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Kgosi mocks PAC in P250 million probe

Publishing Date : 16 April, 2018


The parliamentary committee tasked with examining government books, Public Accounts Committee (PAC) was left helpless this week  as Intelligence chief, Isaac Kgosi refused to divulge vital information relating to Directorate on Intelligence Security Services’ (DISS) involvement in the P250 million National Petroleum Fund (NPF) scandal.

When appearing before the PAC on Thursday, the overly confident and resolute Kgosi, who was persistently called to order by committee chairperson, Dithapelo Keorapetse, refused to discuss the correspondences between his organisation as well as that of Ministry of Minerals, Green Technology and Energy Security on the issues surrounding the disbursement of the P230 million from the NPF to the DIS. “I cannot discuss or comment on anything that is classified unless it is de-classified,” said Kgosi.

Despite committee members, Ignatius Moswaane in particular, questioning the DIS director about the sensitivity or reasons for classifying information involving transfer of public funds from one government department to another, Kgosi was unyielding, reiterating that the contents of the letters were not subject to discussion until they are de-classified. Moyo Guma, and the acting chairperson of the PAC, Keorapetse were unimpressed by the posture and attitude of Kgosi, telling him several times that he was not cooperative, and to some certain extent ‘rude’.

The letter, which was eventually read by the Tati East legislator who is a member of the PAC, Moyo Guma, reveals that Energy Ministry’s authorities, under the guidance of  then Acting Permanent Secretary  Dr Obolokile Obakeng approved Kgosi’s request for P250 million to build fuel tank reserves in strategic places. Kgosi advised in one of the letters that the money be disbursed to Khulaco Pty Ltd, a company which paid suppliers on behalf of the DIS.

When asked to share with the committee his relation with Khulaco Pty Ltd, Kgosi refused to discuss the matter, saying he will not comment because the company is subject to the ongoing court case regarding money laundering charges laid against Bakang Seretse and Botho Leburu, the directors of the company. Efforts by Guma and Keorapetse to coerce Kgosi to share information with the committee with regards to the company drew blanks as the intelligence chief declined.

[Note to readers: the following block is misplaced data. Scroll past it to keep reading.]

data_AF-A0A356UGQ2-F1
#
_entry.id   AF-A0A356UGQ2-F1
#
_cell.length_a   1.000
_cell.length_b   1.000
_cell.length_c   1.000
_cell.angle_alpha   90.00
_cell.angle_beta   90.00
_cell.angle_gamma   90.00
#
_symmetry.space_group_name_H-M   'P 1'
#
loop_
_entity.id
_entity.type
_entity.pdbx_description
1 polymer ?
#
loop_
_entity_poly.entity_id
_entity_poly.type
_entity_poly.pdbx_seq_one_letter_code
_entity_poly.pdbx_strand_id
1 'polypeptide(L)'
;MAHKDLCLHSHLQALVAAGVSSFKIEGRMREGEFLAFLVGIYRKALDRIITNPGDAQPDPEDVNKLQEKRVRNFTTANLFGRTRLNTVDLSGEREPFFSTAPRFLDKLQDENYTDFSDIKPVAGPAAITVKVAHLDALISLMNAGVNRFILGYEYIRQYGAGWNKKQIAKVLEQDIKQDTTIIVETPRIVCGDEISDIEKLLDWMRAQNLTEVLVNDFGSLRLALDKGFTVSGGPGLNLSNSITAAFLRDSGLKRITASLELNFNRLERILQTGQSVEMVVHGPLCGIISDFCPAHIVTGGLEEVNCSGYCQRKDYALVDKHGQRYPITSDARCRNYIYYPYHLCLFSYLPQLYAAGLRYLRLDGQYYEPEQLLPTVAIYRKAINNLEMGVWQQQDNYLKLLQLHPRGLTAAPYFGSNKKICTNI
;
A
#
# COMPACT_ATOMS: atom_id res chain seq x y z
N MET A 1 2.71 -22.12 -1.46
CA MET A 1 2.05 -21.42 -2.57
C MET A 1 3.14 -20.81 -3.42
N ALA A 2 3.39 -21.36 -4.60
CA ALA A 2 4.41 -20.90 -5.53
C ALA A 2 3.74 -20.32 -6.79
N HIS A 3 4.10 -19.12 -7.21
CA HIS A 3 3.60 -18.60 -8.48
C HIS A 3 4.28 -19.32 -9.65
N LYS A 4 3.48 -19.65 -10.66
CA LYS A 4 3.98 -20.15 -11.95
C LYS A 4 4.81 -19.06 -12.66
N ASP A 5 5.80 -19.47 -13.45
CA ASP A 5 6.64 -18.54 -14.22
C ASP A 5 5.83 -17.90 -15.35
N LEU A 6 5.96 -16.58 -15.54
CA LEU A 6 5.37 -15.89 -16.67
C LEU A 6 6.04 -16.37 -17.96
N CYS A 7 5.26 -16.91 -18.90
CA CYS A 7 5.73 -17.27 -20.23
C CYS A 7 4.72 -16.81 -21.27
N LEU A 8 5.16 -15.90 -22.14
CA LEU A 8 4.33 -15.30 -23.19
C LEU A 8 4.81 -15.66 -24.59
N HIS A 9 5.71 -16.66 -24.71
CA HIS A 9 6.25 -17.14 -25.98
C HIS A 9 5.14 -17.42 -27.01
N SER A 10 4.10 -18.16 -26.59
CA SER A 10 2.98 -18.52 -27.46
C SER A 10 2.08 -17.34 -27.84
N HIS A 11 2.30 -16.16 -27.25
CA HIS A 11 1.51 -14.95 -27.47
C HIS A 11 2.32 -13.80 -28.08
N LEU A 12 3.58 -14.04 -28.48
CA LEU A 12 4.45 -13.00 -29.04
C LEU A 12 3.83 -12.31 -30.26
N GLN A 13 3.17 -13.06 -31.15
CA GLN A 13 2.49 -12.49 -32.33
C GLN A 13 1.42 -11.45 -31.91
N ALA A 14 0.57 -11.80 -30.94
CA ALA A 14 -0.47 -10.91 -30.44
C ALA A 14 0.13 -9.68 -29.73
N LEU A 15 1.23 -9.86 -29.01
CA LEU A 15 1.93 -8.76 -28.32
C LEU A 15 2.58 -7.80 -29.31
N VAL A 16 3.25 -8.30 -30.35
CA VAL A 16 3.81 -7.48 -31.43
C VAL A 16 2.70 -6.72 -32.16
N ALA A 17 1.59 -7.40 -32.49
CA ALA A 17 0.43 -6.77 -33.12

Kgosi also refused to reveal to PAC whether if the former president, Lt Gen Ian Khama or then his deputy Mokgweetsi Masisi were aware of the P250 million transactions, insisting that “he does not share information he discussed with his principals”. The DIS boss also declined to give information to the committee with regards to his discussion with the Ministry of Finance and Development Planning. He was asked by the committee chairperson, Keorapetse what discussions the DIS director had with the Ministry of Finance officials.

Although Kgosi refused to divulge the nature of discussion involving the DIS and Ministry of Finance, there is evidence that the discussions are relating to a cabinet directive issued in February telling Kgosi to return over P110 million he took from the petroleum fund to buy security equipments. The P250 million which is subject of investigation when the money from the NPF which was initially meant to build fuel storages was diverted to buy security equipments that were supposedly meant to help in the anti-poaching mission.


According to committee member, Ndaba Gaolathe of Gaborone Bonnington South, in reference to the Public Finance Management Act, the decision to divert the money initially intended for Fuel Storage reserves for another project was illegal. This is so because the NPF can only fund projects which are related to its mandate and not anything else. Gaolathe said the proper procedure would have been a permission sought from the Ministry of Finance and Economic Management, which is the custodian of public finances in Botswana.

Gaolathe indicated that the Ministry of Minerals, Green Technology and Energy Security officials who approved the transaction did not have the authority to do so. The Gaborone Bonnington South lawmaker further revealed that, the DIS project, which was eventually funded by the Petroleum Fund, did not pass proper requirements for it to meet the funding requirement. Gaolathe said the Act which established DIS compels Kgosi to get approval from the Central Intelligence Committee (CIC) for security assessment such as the one which DIS spent the money on.

Kgosi however said as far as he is concerned he is in charge of matters relating to national security and he may act time to time to divert the threats. Kgosi said he is chief advisor to government on issues relating to national security. The conceited spy boss declined to share with the committee whether DIS had previously sourced money from other government ministries, revealing that the question was improper, and therefore he would not answer.


The acting committee chairperson, Keorapetse said the PAC will summon Kgosi to give more evidence next week, this time around with the possibility of compelling him to reveal the information he refused to divulge before the committee.  Keorapetse, who is also legislator for Selebi Phikwe West said the committee will summon the Botswana National Archives and Records Services accounting officer to give evidence and advice on classified information, which Kgosi used as an excuse not to share information with the committee.

Keorapetse further stated that the committee will invoke the Standing Order relating to the Powers and Privileges of the National Assembly to compel Kgosi to give information that is he refused to give, failing which it will be contempt, which will attract the wrath of the law. 



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